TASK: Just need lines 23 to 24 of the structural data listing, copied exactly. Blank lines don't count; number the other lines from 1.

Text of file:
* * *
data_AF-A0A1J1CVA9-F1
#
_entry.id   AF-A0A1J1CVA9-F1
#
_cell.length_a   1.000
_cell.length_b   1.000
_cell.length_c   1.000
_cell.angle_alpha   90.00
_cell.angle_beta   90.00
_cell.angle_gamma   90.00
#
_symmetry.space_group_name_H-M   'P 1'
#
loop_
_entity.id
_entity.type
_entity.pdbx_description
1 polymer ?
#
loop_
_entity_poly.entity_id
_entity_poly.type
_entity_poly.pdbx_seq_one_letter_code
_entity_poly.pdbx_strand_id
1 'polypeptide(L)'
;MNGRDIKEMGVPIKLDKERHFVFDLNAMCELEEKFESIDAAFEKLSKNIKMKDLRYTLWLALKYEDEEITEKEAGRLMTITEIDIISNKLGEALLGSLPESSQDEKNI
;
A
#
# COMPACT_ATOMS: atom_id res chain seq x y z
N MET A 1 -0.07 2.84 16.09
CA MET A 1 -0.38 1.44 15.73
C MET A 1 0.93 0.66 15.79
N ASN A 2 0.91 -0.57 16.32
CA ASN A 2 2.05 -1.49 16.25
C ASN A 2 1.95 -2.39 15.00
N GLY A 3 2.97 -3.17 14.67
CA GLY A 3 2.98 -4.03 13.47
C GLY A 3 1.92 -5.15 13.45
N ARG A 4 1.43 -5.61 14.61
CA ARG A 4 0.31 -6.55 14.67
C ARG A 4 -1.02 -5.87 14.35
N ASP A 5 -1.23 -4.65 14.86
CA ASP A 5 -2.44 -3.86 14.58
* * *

_entity_poly.pdbx_seq_one_letter_code
_entity_poly.pdbx_strand_id